Lesson to be learned

You can’t run a safety-critical power plant with a FOR-PROFIT company:

On August 29, 2002, the government of Japan revealed that TEPCO was guilty of false reporting in routine governmental inspection of its nuclear plants and systematic concealment of plant safety incidents. All seventeen of its boiling-water reactors were shut down for inspection as a result. TEPCO’s chairman Hiroshi Araki, President Nobuya Minami, Vice-President Toshiaki Enomoto, as well as the advisers Shō Nasu and Gaishi Hiraiwa stepped-down by September 30, 2002.[6] The utility “eventually admitted to two hundred occasions over more than two decades between 1977 and 2002, involving the submission of false technical data to authorities”.[7] Upon taking over leadership responsibilities, TEPCO’s new president issued a public commitment that the company would take all the countermeasures necessary to prevent fraud and restore the nation’s confidence. By the end of 2005, generation at suspended plants had been restarted, with government approval.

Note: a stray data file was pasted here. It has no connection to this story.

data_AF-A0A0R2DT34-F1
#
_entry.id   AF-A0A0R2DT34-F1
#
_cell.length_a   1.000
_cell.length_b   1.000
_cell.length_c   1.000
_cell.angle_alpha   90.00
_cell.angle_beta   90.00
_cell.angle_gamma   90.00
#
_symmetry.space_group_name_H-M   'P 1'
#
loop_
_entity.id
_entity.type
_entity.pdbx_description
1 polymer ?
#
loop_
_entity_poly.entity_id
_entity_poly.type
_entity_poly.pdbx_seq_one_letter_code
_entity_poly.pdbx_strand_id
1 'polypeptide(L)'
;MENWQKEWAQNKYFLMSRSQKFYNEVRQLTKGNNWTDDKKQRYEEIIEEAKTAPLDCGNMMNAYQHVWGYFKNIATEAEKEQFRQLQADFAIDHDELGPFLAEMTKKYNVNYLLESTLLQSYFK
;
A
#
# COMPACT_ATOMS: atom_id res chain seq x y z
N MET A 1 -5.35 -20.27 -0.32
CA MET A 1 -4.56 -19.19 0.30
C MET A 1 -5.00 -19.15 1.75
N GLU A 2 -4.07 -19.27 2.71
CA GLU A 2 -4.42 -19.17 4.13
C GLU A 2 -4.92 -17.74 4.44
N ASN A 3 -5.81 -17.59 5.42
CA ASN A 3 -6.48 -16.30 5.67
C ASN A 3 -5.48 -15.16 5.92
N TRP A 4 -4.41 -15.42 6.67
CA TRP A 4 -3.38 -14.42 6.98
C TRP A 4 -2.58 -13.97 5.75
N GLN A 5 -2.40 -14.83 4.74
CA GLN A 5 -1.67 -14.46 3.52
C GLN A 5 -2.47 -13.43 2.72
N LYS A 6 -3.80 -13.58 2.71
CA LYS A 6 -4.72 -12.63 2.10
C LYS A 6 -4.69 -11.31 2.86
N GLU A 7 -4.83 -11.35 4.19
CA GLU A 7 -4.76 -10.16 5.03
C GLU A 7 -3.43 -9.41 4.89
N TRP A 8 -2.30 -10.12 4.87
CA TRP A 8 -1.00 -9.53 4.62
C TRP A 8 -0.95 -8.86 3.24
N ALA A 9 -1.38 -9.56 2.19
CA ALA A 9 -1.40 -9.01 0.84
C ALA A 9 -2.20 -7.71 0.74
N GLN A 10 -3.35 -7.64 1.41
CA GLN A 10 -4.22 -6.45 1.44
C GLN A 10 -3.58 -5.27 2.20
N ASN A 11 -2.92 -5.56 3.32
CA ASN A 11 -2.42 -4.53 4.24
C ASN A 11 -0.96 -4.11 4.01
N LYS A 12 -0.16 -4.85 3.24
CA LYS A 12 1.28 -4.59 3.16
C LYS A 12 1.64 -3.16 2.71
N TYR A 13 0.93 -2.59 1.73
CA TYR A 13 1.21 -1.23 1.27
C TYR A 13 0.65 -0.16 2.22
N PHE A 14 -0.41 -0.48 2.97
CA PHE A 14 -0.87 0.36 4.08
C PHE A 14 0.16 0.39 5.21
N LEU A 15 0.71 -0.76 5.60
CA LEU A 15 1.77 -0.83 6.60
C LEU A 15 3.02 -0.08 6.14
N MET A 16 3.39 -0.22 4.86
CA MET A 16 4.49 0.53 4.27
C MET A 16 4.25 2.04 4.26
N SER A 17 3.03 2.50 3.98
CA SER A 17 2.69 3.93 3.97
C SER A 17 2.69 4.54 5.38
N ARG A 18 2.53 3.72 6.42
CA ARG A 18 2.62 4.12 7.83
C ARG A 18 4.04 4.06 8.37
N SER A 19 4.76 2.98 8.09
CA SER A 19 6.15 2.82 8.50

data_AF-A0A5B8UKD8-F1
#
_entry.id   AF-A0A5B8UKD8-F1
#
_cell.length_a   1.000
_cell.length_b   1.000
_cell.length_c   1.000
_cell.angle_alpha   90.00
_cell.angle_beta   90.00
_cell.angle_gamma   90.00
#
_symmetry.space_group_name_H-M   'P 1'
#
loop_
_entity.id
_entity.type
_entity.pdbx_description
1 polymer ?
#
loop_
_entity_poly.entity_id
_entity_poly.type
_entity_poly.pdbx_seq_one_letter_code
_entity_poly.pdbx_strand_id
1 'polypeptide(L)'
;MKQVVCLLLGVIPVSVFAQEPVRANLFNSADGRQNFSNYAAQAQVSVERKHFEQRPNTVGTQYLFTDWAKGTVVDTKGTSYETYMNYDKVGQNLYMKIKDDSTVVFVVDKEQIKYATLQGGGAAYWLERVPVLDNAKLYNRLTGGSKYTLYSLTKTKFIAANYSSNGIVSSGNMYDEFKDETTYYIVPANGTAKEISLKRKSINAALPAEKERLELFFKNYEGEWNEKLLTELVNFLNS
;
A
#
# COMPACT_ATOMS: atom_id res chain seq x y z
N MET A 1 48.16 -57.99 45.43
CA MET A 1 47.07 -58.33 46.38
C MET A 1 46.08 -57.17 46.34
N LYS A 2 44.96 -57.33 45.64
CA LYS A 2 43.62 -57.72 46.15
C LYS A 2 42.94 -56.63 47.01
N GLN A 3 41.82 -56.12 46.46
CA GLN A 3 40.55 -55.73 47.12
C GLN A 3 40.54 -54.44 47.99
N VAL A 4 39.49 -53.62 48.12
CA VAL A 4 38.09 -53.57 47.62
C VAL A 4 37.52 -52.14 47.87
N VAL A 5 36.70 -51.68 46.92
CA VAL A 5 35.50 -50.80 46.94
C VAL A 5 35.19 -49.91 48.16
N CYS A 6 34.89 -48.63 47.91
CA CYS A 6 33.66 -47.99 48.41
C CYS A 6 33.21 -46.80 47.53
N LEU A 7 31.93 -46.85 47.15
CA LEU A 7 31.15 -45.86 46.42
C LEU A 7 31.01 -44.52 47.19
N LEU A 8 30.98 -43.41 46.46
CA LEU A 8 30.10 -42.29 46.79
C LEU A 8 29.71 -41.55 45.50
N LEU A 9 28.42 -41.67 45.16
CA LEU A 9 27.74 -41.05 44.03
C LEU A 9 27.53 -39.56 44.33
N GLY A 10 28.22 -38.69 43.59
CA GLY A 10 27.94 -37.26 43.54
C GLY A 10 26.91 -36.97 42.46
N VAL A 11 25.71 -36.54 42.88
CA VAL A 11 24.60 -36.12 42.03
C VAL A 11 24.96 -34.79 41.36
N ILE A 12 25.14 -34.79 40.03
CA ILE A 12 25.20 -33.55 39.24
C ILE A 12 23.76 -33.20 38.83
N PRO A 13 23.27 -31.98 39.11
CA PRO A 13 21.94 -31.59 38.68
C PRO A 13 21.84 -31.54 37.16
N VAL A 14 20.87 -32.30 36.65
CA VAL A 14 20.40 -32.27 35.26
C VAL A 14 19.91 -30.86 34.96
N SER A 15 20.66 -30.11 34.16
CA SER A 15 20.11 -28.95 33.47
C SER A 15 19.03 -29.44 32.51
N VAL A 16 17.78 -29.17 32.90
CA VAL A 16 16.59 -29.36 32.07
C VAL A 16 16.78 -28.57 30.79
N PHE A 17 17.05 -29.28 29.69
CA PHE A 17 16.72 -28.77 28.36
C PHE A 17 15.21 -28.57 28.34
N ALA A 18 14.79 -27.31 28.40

In 2007, however, the company announced to the public that an internal investigation had revealed a large number of unreported incidents. These included an unexpected unit criticality in 1978 and additional systematic false reporting, which had not been uncovered during the 2002 inquiry. Along with scandals at other Japanese electric companies, this failure to ensure corporate compliance resulted in strong public criticism of Japan’s electric power industry and the nation’s nuclear energy policy. Again, the company made no effort to identify those responsible.